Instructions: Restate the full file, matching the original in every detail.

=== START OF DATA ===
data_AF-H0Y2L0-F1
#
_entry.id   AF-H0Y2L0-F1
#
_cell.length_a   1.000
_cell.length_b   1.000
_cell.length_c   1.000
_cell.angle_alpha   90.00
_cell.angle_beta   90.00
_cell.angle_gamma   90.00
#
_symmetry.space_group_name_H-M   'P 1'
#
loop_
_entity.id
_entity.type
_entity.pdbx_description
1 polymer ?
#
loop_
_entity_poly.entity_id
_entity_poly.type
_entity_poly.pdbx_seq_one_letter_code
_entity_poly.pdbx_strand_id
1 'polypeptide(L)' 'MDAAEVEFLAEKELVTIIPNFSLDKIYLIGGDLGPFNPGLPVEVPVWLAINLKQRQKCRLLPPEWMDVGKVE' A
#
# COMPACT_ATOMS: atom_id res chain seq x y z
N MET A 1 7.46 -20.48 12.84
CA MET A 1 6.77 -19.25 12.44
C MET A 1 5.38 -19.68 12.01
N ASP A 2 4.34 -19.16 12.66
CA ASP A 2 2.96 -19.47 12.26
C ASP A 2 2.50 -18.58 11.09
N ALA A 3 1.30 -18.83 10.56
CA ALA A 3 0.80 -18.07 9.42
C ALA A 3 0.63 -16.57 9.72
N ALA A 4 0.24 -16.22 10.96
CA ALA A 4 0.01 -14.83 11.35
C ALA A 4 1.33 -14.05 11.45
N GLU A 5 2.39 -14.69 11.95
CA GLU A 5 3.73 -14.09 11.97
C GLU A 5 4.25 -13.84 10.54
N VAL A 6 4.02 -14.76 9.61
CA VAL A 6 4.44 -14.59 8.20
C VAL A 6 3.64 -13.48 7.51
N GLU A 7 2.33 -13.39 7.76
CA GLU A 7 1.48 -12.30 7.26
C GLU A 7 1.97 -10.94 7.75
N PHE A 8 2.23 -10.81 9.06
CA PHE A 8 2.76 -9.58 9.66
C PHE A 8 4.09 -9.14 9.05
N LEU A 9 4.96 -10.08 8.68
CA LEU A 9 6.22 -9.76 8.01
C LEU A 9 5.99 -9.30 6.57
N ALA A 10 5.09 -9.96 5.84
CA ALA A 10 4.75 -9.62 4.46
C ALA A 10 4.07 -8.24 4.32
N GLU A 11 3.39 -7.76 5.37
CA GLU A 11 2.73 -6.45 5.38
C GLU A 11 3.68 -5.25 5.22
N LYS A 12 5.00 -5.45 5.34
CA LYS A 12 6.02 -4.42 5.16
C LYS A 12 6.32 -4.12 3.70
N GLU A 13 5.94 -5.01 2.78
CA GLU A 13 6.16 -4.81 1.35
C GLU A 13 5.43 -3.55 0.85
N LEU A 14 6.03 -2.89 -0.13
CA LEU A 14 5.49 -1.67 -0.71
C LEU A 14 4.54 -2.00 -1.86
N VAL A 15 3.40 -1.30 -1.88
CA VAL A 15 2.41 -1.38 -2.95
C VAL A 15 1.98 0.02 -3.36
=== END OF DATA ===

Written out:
data_AF-H0Y2L0-F1
#
_entry.id   AF-H0Y2L0-F1
#
_cell.length_a   1.000
_cell.length_b   1.000
_cell.length_c   1.000
_cell.angle_alpha   90.00
_cell.angle_beta   90.00
_cell.angle_gamma   90.00
#
_symmetry.space_group_name_H-M   'P 1'
#
loop_
_entity.id
_entity.type
_entity.pdbx_description
1 polymer ?
#
loop_
_entity_poly.entity_id
_entity_poly.type
_entity_poly.pdbx_seq_one_letter_code
_entity_poly.pdbx_strand_id
1 'polypeptide(L)' 'MDAAEVEFLAEKELVTIIPNFSLDKIYLIGGDLGPFNPGLPVEVPVWLAINLKQRQKCRLLPPEWMDVGKVE' A
#
# COMPACT_ATOMS: atom_id res chain seq x y z
N MET A 1 7.46 -20.48 12.84
CA MET A 1 6.77 -19.25 12.44
C MET A 1 5.38 -19.68 12.01
N ASP A 2 4.34 -19.16 12.66
CA ASP A 2 2.96 -19.47 12.26
C ASP A 2 2.50 -18.58 11.09
N ALA A 3 1.30 -18.83 10.56
CA ALA A 3 0.80 -18.07 9.42
C ALA A 3 0.63 -16.57 9.72
N ALA A 4 0.24 -16.22 10.96
CA ALA A 4 0.01 -14.83 11.35
C ALA A 4 1.33 -14.05 11.45
N GLU A 5 2.39 -14.69 11.95
CA GLU A 5 3.73 -14.09 11.97
C GLU A 5 4.25 -13.84 10.54
N VAL A 6 4.02 -14.76 9.61
CA VAL A 6 4.44 -14.59 8.20
C VAL A 6 3.64 -13.48 7.51
N GLU A 7 2.33 -13.39 7.76
CA GLU A 7 1.48 -12.30 7.26
C GLU A 7 1.97 -10.94 7.75
N PHE A 8 2.23 -10.81 9.06
CA PHE A 8 2.76 -9.58 9.66
C PHE A 8 4.09 -9.14 9.05
N LEU A 9 4.96 -10.08 8.68
CA LEU A 9 6.22 -9.76 8.01
C LEU A 9 5.99 -9.30 6.57
N ALA A 10 5.09 -9.96 5.84
CA ALA A 10 4.75 -9.62 4.46
C ALA A 10 4.07 -8.24 4.32
N GLU A 11 3.39 -7.76 5.37
CA GLU A 11 2.73 -6.45 5.38
C GLU A 11 3.68 -5.25 5.22
N LYS A 12 5.00 -5.45 5.34
CA LYS A 12 6.02 -4.42 5.16
C LYS A 12 6.32 -4.12 3.70
N GLU A 13 5.94 -5.01 2.78
CA GLU A 13 6.16 -4.81 1.35
C GLU A 13 5.43 -3.55 0.85
N LEU A 14 6.03 -2.89 -0.13
CA LEU A 14 5.49 -1.67 -0.71
C LEU A 14 4.54 -2.00 -1.86
N VAL A 15 3.40 -1.30 -1.88
CA VAL A 15 2.41 -1.38 -2.95
C VAL A 15 1.98 0.02 -3.36